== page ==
When I was told I couldn’t universally just change the way in which we did — dealt with student loans, I fixed two student loan programs that already existed to reduce the burden of student debt for nearly 4 million Americans, including nurses, firefighters — (applause) — and others in public service.

Like Keenan Jones, a public educator in Minnesota, who’s here with us tonight.  Keenan, where are you?  (Applause.)  Keenan, thank you.

He’s educated hundreds of students so they can go to college.  Now he’s able to help, after debt forgiveness, get his own daughter to college.  (Applause.)

And, folks, look, such relief is good for the economy because folks are now able to buy a home, start a business, start a family.  

And while we’re at it, I want to give public school teachers a raise.  (Applause.)

And, by the way, the first couple of years, we cut the deficit.

Now let me speak to the question of fundamental fairness for all Americans.  I’ve been delivering real results in fiscally responsible ways.  We’ve already cut the federal deficit — we’ve already cut the federal deficit by over $1 trillion.  (Applause.) 

I signed a bipartisan deal to cut another trillion dollars in the next decade.  (Applause.) 

It’s my goal to cut the federal deficit another $3 trillion by making big corporations and the very wealthy finally beginning to pay their fair share.  (Applause.)

Look, I’m a capitalist.  If you want to make or can make a million or millions of bucks, that’s great.  Just pay your fair share in taxes.  (Applause.) 

A fair tax code is how we invest in things that make this country great: healthcare, education, defense, and so much more. 

But here’s the deal.  The last administration enacted a $2 trillion tax cut overwhelmingly benefit the top 1 percent — the very wealthy —

AUDIENCE:  Booo —

THE PRESIDENT:  — and the biggest corporations — and exploded the federal deficit.  (Applause.) 

They added more to the national debt than any presidential term in American history.  Check the numbers.

Folks at home, does anybody really think the tax code is fair? 

AUDIENCE:  No!

THE PRESIDENT:  Do you really think the wealthy and big corporations need another $2 trillion tax break? 

AUDIENCE:  No!

THE PRESIDENT:  I sure don’t.  I’m going to keep fighting like hell to make it fair.  Under my plan, nobody earning less than $400,000 a year will pay an additional penny in federal taxes — (applause) — nobody — not one penny.  And they haven’t yet.

In fact, the Child Tax Credit I passed during the pandemic cut taxes for millions of working families and cut child poverty in half.  (Applause.)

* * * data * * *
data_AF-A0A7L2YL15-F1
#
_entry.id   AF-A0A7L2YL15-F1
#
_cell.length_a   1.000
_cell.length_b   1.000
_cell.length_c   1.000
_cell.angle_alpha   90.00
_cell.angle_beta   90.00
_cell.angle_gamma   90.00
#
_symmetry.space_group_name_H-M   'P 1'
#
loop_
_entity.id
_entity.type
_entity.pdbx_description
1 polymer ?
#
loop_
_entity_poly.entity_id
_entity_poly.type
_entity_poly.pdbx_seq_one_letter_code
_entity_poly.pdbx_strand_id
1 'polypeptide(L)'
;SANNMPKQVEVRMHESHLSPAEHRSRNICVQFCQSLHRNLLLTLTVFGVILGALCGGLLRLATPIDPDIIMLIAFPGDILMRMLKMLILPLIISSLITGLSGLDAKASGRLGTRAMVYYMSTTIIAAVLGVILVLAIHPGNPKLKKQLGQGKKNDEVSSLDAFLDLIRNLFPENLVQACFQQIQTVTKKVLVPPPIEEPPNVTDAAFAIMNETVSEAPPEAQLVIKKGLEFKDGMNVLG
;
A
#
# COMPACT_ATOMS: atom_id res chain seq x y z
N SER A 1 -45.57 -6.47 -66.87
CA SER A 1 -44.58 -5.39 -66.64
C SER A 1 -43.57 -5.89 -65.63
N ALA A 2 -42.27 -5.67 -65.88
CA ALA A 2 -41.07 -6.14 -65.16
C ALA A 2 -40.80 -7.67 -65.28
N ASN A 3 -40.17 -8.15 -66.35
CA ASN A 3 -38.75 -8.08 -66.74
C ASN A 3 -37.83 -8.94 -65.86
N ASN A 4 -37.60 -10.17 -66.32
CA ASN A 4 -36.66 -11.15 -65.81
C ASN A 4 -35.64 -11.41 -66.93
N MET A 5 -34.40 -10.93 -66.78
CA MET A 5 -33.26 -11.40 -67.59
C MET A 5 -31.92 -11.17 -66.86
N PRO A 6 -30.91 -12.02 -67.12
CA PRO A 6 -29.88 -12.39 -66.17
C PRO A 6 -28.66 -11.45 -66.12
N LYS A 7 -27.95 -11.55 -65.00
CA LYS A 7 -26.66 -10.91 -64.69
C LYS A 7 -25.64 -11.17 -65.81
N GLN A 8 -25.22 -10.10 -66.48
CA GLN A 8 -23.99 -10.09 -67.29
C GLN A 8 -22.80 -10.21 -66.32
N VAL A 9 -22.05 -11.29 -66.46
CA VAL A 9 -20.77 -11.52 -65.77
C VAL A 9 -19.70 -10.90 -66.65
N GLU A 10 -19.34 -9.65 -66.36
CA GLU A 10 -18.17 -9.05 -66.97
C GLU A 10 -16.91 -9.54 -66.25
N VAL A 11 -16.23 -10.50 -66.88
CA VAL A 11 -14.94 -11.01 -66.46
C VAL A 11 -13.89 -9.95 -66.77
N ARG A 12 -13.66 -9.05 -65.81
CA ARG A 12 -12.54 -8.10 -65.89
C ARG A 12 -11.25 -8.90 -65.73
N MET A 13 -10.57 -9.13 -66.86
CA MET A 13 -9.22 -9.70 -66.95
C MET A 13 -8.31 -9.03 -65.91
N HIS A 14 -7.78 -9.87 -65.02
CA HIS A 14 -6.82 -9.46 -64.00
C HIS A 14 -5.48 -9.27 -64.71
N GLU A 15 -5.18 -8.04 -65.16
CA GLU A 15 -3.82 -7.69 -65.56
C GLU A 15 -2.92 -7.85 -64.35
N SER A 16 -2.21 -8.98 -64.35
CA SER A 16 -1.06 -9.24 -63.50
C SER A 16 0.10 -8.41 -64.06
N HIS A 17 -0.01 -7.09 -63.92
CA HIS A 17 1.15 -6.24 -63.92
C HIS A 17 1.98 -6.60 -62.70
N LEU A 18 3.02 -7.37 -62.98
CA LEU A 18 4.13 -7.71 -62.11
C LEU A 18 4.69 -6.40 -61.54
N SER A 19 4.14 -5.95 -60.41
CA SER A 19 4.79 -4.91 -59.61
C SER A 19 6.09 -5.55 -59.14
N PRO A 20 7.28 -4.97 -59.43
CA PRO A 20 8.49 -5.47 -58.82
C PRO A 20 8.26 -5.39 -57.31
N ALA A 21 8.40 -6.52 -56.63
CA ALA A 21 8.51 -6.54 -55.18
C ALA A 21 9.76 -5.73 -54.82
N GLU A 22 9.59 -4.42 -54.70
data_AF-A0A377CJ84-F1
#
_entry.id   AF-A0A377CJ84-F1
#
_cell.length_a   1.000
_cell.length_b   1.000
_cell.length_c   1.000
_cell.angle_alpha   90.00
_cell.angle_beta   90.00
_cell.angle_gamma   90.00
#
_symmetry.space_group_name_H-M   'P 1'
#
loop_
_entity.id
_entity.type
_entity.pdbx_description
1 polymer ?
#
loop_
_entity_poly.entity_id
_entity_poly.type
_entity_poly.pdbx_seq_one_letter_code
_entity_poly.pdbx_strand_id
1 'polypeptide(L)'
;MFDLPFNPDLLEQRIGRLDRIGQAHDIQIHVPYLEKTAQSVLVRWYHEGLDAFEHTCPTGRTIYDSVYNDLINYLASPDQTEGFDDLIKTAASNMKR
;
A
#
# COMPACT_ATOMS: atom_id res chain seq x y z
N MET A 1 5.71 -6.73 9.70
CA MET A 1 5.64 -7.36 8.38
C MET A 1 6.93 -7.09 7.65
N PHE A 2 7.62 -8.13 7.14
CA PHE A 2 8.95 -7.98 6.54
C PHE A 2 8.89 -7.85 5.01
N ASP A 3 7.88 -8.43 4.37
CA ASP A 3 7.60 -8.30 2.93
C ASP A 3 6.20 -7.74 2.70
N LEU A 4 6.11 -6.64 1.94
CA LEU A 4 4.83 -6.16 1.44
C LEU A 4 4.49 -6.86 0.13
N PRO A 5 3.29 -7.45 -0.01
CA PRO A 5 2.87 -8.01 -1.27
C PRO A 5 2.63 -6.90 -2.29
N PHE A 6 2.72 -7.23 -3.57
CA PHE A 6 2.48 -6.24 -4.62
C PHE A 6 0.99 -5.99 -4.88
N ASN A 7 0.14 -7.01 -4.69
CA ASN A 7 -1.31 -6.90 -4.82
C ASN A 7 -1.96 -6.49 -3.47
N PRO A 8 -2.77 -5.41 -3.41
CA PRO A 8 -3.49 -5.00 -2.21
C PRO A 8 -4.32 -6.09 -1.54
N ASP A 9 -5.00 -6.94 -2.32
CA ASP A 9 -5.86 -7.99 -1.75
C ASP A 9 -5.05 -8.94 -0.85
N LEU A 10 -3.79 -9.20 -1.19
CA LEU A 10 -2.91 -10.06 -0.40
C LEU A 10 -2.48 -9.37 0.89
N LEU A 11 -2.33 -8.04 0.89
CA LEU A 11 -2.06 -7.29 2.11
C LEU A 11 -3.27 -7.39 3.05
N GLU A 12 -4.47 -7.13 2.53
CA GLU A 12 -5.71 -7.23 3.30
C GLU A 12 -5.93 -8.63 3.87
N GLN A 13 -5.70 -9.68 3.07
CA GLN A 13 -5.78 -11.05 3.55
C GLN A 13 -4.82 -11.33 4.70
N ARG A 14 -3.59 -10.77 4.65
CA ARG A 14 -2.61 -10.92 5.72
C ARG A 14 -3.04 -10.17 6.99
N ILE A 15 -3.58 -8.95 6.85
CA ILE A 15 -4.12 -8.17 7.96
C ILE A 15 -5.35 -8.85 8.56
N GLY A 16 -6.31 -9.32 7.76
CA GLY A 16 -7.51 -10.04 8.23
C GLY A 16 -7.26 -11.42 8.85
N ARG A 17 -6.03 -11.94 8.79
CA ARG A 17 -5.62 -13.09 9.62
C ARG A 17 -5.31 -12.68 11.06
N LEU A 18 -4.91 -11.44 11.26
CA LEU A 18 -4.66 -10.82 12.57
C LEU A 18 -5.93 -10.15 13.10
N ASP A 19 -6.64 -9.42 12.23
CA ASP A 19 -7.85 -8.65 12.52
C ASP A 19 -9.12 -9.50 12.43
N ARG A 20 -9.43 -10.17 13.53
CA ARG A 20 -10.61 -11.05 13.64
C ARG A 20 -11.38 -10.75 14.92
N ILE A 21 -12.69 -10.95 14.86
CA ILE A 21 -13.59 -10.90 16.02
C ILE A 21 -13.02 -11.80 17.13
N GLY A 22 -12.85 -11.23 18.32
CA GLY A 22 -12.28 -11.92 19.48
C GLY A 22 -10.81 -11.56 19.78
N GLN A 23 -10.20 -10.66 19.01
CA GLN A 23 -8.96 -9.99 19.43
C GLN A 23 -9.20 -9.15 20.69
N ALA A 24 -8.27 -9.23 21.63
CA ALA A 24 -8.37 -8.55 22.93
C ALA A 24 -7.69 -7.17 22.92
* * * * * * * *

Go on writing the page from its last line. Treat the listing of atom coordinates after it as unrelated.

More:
Restore that Child Tax Credit.  No child should go hungry in this country.  (Applause.)

The way to make the tax code fair is to make big corporations and the very wealthy begin to pay their share.  Remember in 2020, 55 of the biggest companies in America made $40 billion and paid zero in federal income tax.  Zero. 

AUDIENCE:  Booo —

THE PRESIDENT:  Not anymore.

Thanks to the law I wrote and we signed, big companies now have to pay a minimum of 15 percent.  But that’s still less than working people pay in federal taxes.

It’s time to raise the corporate minimum tax to at least 21 percent — (applause) — so every big corporation finally begins to pay their fair share.

I also want to end tax breaks for Big Pharma, Big Oil, private jets, massive executive pay when it was only supposed to be a million bal- — a million dollars that could be deducted.  They can pay them $20 million if they want, but deduct a million.

End it now.

 You know, there are 1,000 billionaires in America.  You know what the average federal tax is for those billionaires?

AUDIENCE MEMBER:  Zero!

THE PRESIDENT:  No.  (Laughter.) 

They’re making great sacrifices — 8.2 percent. 

AUDIENCE:  Booo —

THE PRESIDENT:  That’s far less than the vast majority of Americans pay.

No billionaire should pay a lower federal tax rate than a teacher, a sanitation worker, or a nurse.  (Applause.)

I proposed a minimum tax for billionaires of 25 percent — just 25 percent.  You know what that would raise?  That would raise $500 billion over the next 10 years.  (Applause.)

And imagine what that could do for America.  Imagine a future with affordable childcare, millions of families can get what they need to go to work to help grow the economy.  (Applause.)

Imagine a future with paid leave, because no one should have to choose between working and taking care of their sick family member.  (Applause.)

Imagine — imagine a future with home care and eldercare, and people living with disabilities so they can stay in their homes and family caregivers can finally get the pay they deserve.

Tonight, let’s all agree once again to stand up for seniors.  (Applause.)

Many of my friends on the other side of the aisle want to put Social Security on the chopping block.

If anyone here tries to cut Social Security or Medicare or raise the retirement age, I will stop you.  (Applause.)

The working people — the working people who built this country pay more into Social Security than millionaires and billionaires do.  It’s not fair.

We have two ways to go.  Republicans can cut Social Security and give more tax breaks to the wealthy.  I will —

AUDIENCE MEMBER:  (Inaudible.)

THE PRESIDENT:  That’s the proposal.  Oh, no?  You guys don’t want another $2 trillion tax cut?

AUDIENCE MEMBER:  Liar!

THE PRESIDENT:  I kind of thought that’s what your plan was.  (Laughter.)  Well, that’s good to hear.  You’re not going to cut another $2 trillion for the super-wealthy?  That’s good to hear.

I’ll protect and strengthen Social Security and make the wealthy pay their fair share.  (Applause.)

Look, too many corporations raise prices to pad their profits, charging more and more for less and less.